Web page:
Which Indian state streamed the most amount of music during the Diwali festive season this year? Karnataka, Delhi, Maharashtra? The wise money would bet on these states, but Spotify’s report has thrown up many surprises.
Music streaming apps, which were originally launched to target metro cities, are now finding takers in traditionally less-digitised states and tier 2 and 3 cities, Spotify revealed. Its latest analysis of the reach during the Diwali festive season found that Bihar led the way in the state-wise streaming charts for Diwali-related music between October 18 and October 28, 2019.
The most important observation pertinent for the growth of the music streaming market in India could be the switch to streaming music among non-traditional states. The major spike for Spotify predominantly came from listeners from Bihar, followed by Jharkhand, Punjab, Madhya Pradesh, Uttar Pradesh and Rajasthan.
Diwali being one of the biggest seasons of celebration in India, Spotify said more than 9500 Diwali-themed playlists were created by its curators and users around the world, with the highest activity coming from India, followed by Canada, Australia, Malaysia, UK, Singapore, and the US.
Spotify also highlighted other outliers — such as the fact that nearly 50% of the streams from the Spotify’s devotional music came from the 18-34 age group that generally tends to favour pop music.
What’s Driving The Shift Towards Traditionally Less Digitised States
As an emerging economy with increasing internet penetration, India is a high-potential market for streaming services and this can be attributed to cheap data plans offered by Reliance Jio and other telcos in the country. India’s base of smartphone users is expected to double to 829 million by 2022, according to estimates from networking giant Cisco. Consequently, data consumption has reached unprecedented levels and global music streaming services such as Apple Music, Spotify and Google’s YouTube Music are cashing in.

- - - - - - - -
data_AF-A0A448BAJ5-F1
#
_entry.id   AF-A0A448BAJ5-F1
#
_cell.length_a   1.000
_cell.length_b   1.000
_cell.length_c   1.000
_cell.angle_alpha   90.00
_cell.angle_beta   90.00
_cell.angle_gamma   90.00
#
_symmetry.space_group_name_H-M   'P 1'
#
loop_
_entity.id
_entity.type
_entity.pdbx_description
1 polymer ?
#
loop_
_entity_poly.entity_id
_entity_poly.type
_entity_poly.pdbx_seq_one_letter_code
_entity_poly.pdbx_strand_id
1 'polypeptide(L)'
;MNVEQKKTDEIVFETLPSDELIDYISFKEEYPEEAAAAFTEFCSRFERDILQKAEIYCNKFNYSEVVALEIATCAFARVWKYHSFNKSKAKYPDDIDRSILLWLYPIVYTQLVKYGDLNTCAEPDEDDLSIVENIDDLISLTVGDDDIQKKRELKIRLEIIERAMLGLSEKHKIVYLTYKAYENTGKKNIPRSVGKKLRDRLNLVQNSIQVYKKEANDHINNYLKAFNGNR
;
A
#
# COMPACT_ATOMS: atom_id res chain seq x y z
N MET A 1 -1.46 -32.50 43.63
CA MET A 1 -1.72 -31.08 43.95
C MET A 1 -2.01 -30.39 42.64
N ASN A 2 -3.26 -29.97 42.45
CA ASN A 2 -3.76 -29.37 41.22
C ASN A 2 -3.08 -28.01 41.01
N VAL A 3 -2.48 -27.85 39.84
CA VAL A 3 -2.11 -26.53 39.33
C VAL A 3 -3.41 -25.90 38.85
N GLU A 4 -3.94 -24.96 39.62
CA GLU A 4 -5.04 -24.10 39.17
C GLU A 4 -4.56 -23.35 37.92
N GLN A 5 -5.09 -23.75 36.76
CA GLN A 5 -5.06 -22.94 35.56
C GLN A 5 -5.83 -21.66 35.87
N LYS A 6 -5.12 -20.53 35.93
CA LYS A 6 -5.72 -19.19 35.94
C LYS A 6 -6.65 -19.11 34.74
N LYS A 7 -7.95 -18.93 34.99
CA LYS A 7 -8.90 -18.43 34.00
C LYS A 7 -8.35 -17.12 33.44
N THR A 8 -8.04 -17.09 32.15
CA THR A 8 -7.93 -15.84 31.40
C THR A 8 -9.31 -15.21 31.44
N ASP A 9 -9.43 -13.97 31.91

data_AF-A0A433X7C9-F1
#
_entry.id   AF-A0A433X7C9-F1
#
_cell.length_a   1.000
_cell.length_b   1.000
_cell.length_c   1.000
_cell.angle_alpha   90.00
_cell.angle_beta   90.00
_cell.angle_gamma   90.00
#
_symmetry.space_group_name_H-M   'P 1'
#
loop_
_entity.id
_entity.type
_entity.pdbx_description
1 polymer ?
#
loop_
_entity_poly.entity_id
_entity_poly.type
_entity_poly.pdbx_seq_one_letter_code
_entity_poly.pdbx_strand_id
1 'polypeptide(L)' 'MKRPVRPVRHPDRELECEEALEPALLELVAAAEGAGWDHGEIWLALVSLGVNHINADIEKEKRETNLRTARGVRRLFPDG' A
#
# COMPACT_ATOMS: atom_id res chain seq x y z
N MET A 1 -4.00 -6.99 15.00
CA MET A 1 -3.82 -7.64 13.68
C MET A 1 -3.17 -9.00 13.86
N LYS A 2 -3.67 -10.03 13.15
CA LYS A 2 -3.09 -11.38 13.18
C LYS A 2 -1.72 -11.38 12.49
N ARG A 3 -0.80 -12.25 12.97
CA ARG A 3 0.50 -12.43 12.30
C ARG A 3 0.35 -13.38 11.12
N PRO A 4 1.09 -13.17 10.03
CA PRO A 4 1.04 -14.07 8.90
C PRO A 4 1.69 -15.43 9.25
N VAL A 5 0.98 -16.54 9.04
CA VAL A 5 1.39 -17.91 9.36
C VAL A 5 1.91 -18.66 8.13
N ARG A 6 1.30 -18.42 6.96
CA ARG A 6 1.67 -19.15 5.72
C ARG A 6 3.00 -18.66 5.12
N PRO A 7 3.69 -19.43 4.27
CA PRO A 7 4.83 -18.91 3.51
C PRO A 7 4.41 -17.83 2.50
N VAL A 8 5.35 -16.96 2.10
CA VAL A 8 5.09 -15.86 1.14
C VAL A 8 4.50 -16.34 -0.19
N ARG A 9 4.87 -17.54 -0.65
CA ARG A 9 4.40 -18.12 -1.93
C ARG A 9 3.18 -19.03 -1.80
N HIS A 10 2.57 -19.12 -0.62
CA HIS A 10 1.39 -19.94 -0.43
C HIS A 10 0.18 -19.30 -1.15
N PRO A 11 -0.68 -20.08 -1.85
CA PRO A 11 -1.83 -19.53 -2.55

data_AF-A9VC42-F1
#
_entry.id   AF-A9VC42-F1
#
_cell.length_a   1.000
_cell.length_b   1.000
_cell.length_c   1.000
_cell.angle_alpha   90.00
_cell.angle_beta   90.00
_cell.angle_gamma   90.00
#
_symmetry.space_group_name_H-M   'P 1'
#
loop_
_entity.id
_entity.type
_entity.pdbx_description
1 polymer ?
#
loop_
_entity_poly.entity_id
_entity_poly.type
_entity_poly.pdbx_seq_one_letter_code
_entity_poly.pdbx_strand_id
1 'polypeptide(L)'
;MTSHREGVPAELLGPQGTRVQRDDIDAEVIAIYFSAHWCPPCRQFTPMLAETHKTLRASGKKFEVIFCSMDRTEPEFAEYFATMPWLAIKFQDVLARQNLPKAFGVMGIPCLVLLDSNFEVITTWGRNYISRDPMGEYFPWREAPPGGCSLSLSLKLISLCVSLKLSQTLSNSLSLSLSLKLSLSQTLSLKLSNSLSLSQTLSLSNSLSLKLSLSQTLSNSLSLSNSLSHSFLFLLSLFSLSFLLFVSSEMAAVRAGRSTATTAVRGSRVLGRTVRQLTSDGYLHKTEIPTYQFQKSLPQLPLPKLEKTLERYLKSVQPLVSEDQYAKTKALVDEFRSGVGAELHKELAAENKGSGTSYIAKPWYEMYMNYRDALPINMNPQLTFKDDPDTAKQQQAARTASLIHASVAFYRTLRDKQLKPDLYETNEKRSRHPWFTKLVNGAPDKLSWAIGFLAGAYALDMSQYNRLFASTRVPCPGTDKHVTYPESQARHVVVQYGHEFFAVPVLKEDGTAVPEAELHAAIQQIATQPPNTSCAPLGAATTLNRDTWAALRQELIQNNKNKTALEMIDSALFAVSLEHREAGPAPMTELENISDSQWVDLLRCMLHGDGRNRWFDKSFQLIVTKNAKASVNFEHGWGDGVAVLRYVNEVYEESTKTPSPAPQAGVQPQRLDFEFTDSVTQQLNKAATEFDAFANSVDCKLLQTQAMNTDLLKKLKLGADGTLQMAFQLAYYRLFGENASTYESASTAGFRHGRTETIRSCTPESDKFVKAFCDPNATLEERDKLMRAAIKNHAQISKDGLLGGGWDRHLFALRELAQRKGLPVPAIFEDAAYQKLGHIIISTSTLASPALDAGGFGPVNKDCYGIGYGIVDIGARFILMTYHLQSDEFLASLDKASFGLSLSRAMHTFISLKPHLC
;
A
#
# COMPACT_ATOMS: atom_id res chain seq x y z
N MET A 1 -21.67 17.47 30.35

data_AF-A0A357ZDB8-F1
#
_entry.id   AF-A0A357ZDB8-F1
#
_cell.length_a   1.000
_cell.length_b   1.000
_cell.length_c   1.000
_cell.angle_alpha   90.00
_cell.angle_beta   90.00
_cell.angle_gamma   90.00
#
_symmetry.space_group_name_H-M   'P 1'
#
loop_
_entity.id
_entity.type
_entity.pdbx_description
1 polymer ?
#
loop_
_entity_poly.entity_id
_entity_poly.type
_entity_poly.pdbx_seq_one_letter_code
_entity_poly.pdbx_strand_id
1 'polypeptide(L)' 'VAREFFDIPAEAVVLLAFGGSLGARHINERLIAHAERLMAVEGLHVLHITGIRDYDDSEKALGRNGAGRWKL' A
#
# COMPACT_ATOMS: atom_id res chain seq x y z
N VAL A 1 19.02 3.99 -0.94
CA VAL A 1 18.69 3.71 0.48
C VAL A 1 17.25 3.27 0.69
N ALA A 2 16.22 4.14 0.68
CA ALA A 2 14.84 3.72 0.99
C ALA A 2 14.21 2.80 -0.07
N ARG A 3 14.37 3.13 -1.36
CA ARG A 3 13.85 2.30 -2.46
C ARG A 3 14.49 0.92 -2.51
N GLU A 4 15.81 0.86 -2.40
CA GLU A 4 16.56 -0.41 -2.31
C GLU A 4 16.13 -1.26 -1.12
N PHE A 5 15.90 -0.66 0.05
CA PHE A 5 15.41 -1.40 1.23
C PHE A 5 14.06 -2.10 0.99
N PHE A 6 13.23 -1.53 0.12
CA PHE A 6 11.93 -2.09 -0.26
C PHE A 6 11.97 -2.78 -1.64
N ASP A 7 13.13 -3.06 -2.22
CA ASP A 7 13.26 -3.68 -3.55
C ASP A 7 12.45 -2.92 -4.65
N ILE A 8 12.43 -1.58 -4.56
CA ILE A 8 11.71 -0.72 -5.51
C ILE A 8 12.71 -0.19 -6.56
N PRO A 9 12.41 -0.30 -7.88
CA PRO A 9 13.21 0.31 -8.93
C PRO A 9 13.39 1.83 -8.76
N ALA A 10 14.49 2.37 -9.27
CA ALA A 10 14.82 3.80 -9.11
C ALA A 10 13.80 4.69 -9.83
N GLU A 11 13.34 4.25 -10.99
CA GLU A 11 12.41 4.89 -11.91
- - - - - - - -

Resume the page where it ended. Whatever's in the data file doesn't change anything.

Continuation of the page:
Even homegrown streaming apps such as JioSaavn and Gaana are witnessing a shift towards non-traditional states, Tier 2 and 3 cities. This is largely due to the wider internet reach today as well as the wider selection of regional language music and content on these platforms.
Gaana, for instance, has been pursuing markets outside metros with innovations such as Gaana Originals, a series of non-film tracks by popular Indian singer-composers. It also struck deals with film-production houses to exclusively stream Bollywood soundtracks.
Spotify India rolled out a Spotify Lite app in July this year to attract users with basic smartphones, predominantly from Tier 2, 3 cities. Spotify Lite whose beta version was released in May requires only 10 MB of memory space on smartphones. It also came up with the idea of setting a data limit so the users from small towns and users with basic smartphones don’t have to worry about high data usage. In India, the company recently launched Family and Student plans as well to attract more users. These initiatives have seemingly paid off handsomely for the streaming giant.
Interestingly, last week Spotify said it performed better than expected in the Indian market. The Sweden-based audio streaming giant said it “outperformed” its expectations in India for Q3 2019. Overall, Spotify registered a 30% year-on-year (YoY) growth in its global monthly active users (MAUs) with 248 Mn.
In terms of revenue, Spotify has generated EUR 1,721 Mn in this quarter, which accounts for 28% YoY growth. In addition, the revenue from subscription plans has grown by 29% YoY with EUR 1,561 Mn total revenue.
Music streaming companies have attempted to enter the Indian regional language music and audio content market by providing services in regional languages, as well as increasing the size of their content library.
According to the KPMG M&E India 2019 report, regional music segment accounted for around 32% of the market in FY19. It also said that going forward, the share of regional music consumption is expected to increase and the share of Bollywood music consumption is expected to go down, showing a clear shift towards smaller towns.
“Access to streaming platforms for users in tier 2 and beyond markets has led the increase in consumption of regional music and this trend is going to grow,” the report added.
Looks like, Spotify went all in on this strategy and has even managed to attract a user base beyond the prominent metros and Tier 1 cities.